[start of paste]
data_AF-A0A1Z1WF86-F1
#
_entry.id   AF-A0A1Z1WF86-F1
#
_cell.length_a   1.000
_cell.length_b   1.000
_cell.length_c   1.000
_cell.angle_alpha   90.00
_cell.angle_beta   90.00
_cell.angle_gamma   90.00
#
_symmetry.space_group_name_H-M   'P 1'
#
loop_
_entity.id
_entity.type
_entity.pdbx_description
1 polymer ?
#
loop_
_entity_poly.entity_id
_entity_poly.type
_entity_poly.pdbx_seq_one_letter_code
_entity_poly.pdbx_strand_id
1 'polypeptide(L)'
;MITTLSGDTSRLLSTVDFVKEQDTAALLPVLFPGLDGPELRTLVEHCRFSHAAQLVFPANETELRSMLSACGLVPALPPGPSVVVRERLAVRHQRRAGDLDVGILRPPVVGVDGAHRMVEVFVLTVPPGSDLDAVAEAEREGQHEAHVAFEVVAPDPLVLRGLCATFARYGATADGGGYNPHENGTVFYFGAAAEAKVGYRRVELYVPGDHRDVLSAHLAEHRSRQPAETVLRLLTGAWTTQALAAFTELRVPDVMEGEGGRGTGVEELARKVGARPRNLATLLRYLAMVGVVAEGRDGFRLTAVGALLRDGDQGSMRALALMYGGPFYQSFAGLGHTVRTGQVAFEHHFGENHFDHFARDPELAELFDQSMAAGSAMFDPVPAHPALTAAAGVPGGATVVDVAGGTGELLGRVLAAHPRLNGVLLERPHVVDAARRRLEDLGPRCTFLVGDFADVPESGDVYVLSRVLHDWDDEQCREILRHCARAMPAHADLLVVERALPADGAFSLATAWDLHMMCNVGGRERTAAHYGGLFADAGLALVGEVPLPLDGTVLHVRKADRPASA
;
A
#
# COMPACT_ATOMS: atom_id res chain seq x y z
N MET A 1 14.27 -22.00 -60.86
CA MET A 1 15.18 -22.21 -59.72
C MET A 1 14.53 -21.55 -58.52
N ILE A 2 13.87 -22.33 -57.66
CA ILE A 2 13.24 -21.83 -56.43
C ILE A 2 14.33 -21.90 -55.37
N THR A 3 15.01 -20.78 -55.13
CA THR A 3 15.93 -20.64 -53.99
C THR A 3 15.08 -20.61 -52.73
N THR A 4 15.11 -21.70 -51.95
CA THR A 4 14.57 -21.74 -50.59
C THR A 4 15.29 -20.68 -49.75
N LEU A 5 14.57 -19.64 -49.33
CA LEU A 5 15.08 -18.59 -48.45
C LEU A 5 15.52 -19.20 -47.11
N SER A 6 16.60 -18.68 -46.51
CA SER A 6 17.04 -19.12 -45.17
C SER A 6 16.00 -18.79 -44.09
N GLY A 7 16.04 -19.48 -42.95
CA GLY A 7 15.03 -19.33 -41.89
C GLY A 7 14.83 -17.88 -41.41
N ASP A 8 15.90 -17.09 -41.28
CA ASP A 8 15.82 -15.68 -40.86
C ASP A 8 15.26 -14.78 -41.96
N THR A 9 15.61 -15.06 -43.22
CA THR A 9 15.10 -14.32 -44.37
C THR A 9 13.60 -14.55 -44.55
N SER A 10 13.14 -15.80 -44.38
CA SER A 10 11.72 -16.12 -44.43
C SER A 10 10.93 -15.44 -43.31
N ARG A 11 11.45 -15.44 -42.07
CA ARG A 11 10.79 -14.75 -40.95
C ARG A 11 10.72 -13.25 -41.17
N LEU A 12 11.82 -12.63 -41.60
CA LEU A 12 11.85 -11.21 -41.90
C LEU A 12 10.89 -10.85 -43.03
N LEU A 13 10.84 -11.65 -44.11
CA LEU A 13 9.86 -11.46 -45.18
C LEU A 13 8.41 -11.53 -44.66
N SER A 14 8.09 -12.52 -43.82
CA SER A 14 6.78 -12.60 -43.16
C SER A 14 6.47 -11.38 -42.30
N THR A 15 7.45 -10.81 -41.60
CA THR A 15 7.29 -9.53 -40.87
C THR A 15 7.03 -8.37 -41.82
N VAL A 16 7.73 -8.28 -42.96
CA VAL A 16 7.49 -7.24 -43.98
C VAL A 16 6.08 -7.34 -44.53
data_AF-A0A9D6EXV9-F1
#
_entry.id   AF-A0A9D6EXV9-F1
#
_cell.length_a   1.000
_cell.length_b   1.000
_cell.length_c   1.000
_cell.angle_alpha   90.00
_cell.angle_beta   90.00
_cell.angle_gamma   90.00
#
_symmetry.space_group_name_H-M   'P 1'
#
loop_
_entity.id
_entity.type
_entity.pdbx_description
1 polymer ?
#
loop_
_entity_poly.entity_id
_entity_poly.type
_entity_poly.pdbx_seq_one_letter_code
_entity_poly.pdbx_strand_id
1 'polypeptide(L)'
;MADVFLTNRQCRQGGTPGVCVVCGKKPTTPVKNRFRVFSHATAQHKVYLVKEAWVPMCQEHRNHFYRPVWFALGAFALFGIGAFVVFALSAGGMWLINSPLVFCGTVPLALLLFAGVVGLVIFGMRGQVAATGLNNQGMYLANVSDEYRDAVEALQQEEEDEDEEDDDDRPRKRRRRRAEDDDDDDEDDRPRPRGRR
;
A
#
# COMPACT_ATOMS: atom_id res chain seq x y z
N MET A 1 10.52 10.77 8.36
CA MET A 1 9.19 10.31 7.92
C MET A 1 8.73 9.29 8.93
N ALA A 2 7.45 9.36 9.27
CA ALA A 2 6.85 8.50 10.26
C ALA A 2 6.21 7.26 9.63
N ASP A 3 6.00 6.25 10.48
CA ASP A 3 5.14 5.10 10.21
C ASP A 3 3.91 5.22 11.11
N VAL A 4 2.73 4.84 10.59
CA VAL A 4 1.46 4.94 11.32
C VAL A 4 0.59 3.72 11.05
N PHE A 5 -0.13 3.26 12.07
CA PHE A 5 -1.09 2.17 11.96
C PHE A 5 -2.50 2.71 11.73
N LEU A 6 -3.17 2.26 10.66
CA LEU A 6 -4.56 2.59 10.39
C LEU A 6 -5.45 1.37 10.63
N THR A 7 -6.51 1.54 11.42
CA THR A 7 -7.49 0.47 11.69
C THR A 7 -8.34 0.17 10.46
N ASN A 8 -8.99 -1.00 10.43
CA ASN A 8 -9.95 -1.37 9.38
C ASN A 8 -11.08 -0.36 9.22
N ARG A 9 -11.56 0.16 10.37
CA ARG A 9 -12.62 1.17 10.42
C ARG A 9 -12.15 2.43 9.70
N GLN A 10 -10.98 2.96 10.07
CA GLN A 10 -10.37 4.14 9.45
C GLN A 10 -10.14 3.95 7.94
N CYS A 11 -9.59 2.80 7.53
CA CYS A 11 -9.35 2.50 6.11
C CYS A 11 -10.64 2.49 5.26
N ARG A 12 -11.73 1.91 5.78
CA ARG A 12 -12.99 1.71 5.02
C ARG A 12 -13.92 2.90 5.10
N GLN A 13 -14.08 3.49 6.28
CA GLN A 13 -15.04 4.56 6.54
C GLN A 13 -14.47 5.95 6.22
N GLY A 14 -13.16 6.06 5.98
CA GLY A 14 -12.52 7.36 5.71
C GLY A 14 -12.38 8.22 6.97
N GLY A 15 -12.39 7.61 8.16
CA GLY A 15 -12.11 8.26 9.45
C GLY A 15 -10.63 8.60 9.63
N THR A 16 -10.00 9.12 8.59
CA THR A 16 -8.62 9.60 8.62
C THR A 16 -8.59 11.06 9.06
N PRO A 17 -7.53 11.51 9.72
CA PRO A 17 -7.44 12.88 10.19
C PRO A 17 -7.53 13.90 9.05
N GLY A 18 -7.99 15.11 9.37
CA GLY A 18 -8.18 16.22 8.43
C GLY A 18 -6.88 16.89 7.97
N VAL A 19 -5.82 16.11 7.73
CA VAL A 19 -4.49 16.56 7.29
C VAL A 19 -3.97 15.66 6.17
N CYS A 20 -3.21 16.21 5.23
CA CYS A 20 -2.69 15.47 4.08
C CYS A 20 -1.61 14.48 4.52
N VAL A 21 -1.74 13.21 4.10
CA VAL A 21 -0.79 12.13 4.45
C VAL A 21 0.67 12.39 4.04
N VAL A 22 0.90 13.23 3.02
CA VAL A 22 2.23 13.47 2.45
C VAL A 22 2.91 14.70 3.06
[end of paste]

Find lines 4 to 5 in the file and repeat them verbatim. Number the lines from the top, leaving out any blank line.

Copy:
#
_cell.length_a   1.000